Automated classification refers to a series of techniques that use digital image processing algorithms to process images for interpretation purposes. In other words, automated classification can be used to transform a satellite image into a thematic map showing different types of land cover. Although, in most cases, automated classification is not quite as accurate as a human interpreter, by using digital techniques the interpretation can often be performed rapidly and objectively with acceptable results. The details of how automated classification works can be very complicated and is beyond the scope of this discussion. However, two generic methodologies bear mention.
The first method involves classifying multispectral imagery for two dates using the same legends and, as much as possible, the same procedures. The final step is to overlay the two maps and encode the areas that changed between the two dates. For example, we look for areas that were delineated as forest in the first image and as nonforest in the second image (see Figure 7.03).
Another way automated classification is used for change detection is to combine the images from two different dates and classify this image using techniques similar to those that are used to classify multispectral data. In this case, the image that is processed is a mix of multispectral (assuming the satellite images are multispectral) and multitemporal information. The output of such an automated classification will be an image with classes such as forest for both dates, nonforest for both dates, change from forest to nonforest, and change from nonforest to forest. This is a simple case but potentially the number of classes in the final image can be quite large.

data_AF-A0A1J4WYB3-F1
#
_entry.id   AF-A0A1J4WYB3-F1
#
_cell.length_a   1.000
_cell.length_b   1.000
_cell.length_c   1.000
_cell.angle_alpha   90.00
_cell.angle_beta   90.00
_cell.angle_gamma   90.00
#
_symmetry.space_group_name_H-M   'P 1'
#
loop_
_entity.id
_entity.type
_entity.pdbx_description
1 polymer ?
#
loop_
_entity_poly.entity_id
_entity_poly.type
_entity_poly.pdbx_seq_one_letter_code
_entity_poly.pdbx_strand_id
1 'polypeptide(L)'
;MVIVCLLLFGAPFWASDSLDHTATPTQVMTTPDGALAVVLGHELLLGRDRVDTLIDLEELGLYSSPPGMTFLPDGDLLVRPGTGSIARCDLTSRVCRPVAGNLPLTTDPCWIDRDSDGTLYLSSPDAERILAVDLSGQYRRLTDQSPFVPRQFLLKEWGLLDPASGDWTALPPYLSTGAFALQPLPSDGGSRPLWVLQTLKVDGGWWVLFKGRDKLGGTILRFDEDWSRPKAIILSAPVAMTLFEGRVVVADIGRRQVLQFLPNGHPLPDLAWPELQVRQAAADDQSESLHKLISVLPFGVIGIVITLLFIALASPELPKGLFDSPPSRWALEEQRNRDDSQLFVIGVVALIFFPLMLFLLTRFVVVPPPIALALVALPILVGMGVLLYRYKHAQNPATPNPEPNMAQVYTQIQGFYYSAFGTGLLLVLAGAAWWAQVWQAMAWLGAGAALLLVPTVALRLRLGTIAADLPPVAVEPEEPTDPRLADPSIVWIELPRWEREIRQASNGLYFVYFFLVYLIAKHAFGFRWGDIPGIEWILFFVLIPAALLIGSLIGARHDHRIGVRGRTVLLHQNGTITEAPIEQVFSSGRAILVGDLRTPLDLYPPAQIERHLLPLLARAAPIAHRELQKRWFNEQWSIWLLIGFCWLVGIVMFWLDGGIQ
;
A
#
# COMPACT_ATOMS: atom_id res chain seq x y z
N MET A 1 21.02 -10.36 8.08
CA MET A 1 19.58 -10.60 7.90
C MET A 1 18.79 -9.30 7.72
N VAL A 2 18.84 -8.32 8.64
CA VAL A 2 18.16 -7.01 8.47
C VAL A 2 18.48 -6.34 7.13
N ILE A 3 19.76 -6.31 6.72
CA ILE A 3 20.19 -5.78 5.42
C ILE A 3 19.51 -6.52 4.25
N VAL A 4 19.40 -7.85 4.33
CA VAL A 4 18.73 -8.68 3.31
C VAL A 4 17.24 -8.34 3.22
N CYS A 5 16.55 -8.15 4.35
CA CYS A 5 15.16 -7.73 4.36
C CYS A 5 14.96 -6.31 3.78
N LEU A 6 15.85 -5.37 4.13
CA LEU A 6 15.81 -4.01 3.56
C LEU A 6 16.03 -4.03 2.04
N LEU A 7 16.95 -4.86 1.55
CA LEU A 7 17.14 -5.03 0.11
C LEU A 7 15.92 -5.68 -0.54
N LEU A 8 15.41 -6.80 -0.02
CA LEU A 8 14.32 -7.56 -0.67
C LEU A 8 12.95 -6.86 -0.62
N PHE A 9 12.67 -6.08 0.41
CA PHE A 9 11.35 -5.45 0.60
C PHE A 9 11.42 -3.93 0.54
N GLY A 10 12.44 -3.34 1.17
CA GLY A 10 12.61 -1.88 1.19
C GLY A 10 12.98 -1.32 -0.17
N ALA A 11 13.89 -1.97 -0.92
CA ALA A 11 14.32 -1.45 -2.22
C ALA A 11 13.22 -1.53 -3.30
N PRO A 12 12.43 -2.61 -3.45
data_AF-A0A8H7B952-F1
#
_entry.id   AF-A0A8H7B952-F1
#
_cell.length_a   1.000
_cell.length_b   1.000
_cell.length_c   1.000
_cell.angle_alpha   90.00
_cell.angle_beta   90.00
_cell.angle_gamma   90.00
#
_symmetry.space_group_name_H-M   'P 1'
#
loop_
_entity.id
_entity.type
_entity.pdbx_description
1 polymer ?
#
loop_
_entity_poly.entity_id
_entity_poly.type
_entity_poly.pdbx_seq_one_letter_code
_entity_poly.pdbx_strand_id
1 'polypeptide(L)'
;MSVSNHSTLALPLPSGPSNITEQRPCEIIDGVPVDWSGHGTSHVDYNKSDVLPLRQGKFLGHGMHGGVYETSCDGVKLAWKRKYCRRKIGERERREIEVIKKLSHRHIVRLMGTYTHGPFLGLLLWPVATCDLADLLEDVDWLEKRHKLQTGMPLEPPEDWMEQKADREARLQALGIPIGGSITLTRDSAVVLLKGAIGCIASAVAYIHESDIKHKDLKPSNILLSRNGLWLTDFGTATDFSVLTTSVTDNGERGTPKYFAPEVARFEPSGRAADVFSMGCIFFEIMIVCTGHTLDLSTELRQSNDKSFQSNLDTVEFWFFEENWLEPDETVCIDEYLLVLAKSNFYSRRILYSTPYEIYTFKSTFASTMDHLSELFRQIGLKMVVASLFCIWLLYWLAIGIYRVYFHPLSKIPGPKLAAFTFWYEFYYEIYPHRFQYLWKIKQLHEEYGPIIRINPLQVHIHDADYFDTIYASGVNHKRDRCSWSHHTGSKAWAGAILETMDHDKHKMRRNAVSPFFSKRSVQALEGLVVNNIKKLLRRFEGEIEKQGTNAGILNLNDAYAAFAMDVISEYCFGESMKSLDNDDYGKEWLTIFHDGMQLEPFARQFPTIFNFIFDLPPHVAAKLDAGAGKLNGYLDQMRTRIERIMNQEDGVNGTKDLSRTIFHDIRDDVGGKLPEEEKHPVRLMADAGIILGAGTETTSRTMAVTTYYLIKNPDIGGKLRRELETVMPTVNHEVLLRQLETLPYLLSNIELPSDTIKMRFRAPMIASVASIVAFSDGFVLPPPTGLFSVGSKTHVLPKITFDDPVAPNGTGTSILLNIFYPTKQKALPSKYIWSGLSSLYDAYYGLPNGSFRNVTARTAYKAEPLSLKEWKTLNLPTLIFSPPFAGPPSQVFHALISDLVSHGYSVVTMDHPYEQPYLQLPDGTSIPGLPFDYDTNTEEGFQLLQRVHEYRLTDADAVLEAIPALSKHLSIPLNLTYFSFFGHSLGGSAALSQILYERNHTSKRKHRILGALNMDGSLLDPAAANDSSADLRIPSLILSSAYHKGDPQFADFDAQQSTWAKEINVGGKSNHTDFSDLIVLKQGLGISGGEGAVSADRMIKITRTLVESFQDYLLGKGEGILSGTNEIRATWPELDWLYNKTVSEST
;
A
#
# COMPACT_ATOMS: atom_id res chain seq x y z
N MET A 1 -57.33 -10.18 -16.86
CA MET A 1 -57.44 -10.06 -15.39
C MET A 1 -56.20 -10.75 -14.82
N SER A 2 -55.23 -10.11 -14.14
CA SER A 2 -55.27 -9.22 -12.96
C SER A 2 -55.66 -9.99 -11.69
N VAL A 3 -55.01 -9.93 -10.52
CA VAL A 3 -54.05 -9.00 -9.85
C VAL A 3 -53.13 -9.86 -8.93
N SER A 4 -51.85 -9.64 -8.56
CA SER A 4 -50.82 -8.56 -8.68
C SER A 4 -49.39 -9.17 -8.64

Another technique for monitoring changes in vegetation cover is visual interpretation. This is a traditional approach used before the invention of digital imagery, and is still used very widely. The advantage of using visual interpretation techniques is that the human eye is very good at identifying different cover types based on tone, texture, shape, and relation of one area to another. It is a low tech approach and does not require sophisticated equipment, making it quite accessible to a wider variety of users. However, the delineations and quality control are significantly labor intensive, and preferable only when manual interpretation is key to correct classification, or where massive data volumes require sifting for a few obvious changes, or finally when the same areas need to be analyzed frequently over short time intervals. Also, change detection between land cover classes may vary with different personnel since the interpretations involve subjective judgment.
There are different visual approaches to analyze changes in land cover over time. One approach is to create separate land cover maps for each date by interpreting the images or photographs, and then overlaying the maps as was described for automated classification. The second method is to interpret the change in land cover directly without creating intermediary vegetation maps. To do this, there must be some way to superimpose the two images or at least be able to locate the same points on both images. Then a systematic comparison is made where each neighborhood is checked for differences between the two images. For example, if it was obvious that in the earlier image an entire area was forested and in the later image there were patches where the forest was clearcut, the interpreter would delineate the clearcut areas and label them as change from forest to nonforest. By systematically interpreting the image and noting all of the areas that underwent change, a map representing the change in vegetation cover between the two dates is created.
Although the process of change detection may seem straightforward from the descriptions above, there are limitations, and most are attributable to the incomplete manifestations of change within satellite imagery. Limitations in image characteristics include spatial and temporal resolutions, spectral matching of key indicators of change, view and illumination angles, atmospheric conditions and corrections, and geographic registration. Concerning habitat characteristics, limitations are found in atmospheric conditions, soil moisture, vegetation phenologies and structure. If each of these perturbing factors is carefully considered and minimized through the change detection effort, a surprisingly useful result may be revealed.